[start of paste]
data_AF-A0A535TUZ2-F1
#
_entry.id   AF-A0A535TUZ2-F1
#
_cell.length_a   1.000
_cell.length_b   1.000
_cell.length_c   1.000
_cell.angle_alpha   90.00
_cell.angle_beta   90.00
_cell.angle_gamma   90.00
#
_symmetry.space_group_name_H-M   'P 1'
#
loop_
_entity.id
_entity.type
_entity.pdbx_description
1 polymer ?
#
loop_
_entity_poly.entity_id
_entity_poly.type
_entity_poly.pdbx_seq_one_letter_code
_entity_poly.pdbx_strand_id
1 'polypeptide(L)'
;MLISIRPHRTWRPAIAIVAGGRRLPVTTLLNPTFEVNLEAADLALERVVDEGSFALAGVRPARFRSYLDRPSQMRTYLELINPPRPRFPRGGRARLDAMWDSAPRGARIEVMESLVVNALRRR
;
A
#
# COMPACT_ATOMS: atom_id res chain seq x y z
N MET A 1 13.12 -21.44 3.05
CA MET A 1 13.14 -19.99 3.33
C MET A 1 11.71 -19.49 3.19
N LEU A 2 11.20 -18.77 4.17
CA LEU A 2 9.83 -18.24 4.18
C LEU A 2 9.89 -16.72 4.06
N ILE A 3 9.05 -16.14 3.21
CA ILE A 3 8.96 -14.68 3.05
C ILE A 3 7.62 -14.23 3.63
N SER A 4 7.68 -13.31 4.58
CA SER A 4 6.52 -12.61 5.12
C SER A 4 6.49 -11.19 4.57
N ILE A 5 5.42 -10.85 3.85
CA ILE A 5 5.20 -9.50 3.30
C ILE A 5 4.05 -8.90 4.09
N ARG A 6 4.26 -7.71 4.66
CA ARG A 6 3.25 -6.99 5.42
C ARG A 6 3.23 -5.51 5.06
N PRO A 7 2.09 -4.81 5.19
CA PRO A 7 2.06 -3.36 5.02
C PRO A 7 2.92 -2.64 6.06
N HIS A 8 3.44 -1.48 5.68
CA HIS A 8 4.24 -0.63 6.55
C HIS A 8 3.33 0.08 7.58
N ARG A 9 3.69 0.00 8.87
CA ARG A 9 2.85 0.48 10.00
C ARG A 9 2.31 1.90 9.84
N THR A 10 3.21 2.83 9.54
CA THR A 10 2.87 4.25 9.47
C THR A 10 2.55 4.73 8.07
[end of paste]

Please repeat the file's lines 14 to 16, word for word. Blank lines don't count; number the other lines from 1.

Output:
loop_
_entity.id
_entity.type